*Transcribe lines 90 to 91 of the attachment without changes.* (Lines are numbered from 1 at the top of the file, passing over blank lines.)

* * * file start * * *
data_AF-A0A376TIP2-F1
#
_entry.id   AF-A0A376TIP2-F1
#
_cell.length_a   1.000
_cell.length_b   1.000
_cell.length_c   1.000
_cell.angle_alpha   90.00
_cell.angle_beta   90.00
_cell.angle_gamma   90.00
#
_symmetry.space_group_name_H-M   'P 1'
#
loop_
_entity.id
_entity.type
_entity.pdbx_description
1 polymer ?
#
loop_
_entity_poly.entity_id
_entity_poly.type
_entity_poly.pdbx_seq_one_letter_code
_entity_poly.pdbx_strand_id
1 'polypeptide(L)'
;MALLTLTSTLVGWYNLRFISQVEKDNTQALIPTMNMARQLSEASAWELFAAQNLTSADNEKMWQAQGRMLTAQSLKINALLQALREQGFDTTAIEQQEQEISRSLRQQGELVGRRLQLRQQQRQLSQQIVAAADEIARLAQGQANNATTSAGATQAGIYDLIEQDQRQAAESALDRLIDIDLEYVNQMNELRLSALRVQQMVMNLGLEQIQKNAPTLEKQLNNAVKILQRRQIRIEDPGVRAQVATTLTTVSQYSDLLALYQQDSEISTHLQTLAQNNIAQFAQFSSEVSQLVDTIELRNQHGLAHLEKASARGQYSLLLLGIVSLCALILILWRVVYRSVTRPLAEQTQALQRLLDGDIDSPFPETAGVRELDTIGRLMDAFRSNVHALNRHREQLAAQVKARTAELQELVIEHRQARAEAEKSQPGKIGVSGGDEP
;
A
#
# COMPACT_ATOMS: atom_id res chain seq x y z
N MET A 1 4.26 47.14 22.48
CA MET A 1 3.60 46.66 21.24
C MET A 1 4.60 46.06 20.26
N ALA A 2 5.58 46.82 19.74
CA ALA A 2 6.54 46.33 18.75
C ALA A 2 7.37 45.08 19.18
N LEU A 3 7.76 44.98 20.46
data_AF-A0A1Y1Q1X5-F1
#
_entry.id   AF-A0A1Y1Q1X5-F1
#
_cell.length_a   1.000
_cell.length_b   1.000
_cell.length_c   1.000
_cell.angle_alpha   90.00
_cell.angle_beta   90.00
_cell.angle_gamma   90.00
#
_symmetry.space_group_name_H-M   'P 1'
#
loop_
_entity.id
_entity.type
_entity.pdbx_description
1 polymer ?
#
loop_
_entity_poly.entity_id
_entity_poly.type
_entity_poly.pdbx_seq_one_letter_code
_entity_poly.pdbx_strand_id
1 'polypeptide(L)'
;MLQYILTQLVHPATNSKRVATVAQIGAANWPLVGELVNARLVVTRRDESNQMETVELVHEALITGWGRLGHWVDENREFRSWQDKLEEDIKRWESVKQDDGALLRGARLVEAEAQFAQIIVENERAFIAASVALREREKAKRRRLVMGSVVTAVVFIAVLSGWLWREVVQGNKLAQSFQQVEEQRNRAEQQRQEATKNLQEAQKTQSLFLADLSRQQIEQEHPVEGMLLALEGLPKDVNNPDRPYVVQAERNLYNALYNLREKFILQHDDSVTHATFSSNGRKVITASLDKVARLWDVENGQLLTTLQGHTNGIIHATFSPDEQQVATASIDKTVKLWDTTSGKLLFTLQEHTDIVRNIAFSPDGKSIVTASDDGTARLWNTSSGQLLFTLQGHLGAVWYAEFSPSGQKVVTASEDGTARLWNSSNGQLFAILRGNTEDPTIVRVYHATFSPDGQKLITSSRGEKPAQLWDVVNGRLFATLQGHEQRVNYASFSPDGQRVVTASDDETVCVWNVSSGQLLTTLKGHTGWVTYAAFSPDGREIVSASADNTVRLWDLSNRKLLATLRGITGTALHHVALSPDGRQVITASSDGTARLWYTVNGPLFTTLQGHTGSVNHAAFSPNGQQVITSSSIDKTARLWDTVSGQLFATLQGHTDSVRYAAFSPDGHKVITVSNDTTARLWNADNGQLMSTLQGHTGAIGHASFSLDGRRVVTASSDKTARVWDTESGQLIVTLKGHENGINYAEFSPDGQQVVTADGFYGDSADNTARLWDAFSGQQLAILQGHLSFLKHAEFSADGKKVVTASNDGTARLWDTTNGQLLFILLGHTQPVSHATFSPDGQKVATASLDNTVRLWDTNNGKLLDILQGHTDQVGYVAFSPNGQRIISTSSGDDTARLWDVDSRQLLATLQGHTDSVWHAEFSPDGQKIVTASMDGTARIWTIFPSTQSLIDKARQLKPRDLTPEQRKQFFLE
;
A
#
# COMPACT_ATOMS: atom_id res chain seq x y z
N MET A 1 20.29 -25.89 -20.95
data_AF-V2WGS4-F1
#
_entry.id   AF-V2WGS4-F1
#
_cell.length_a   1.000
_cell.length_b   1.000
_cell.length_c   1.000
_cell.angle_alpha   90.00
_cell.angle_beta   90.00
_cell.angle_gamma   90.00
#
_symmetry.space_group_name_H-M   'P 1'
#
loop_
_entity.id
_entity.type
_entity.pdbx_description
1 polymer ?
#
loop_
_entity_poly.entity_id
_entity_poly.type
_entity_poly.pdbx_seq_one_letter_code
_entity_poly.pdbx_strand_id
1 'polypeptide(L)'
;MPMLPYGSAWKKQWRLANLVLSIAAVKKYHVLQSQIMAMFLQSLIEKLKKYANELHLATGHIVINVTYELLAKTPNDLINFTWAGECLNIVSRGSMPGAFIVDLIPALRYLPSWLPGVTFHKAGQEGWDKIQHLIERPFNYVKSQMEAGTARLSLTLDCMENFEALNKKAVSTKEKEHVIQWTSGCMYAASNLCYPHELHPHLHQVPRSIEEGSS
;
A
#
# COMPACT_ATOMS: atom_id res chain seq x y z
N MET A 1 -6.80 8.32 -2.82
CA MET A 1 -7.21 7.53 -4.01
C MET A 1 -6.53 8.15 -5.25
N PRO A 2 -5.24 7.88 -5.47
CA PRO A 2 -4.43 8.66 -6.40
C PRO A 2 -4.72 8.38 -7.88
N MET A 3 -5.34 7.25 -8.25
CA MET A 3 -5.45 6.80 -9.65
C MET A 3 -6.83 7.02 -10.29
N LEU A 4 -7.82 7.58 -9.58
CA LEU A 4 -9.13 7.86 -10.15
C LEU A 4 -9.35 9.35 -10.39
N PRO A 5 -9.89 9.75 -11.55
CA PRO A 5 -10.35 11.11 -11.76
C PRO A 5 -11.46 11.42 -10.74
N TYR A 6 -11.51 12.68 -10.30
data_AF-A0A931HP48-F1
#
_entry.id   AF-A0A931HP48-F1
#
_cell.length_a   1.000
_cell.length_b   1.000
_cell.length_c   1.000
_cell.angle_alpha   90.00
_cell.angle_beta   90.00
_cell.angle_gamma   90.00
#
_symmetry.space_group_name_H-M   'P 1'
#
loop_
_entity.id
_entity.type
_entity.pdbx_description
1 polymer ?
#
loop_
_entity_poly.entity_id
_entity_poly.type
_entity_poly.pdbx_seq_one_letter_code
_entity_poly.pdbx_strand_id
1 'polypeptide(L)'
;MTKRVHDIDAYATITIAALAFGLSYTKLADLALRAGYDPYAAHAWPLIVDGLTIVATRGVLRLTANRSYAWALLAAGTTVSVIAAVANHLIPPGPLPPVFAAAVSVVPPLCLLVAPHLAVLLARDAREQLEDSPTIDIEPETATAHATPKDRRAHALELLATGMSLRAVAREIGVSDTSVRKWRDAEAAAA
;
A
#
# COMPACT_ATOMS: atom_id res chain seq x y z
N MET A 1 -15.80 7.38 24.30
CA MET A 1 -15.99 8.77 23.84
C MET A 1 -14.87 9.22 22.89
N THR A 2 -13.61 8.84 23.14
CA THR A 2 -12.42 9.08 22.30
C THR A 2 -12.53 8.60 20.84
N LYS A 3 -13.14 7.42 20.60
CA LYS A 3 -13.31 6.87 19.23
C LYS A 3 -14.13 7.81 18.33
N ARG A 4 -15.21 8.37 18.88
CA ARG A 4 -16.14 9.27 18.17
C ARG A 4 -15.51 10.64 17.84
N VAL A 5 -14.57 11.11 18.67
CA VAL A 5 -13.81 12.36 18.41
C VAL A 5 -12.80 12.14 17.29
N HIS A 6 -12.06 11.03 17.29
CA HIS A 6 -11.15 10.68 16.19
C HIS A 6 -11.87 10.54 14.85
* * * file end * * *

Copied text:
_entity_poly.type
_entity_poly.pdbx_seq_one_letter_code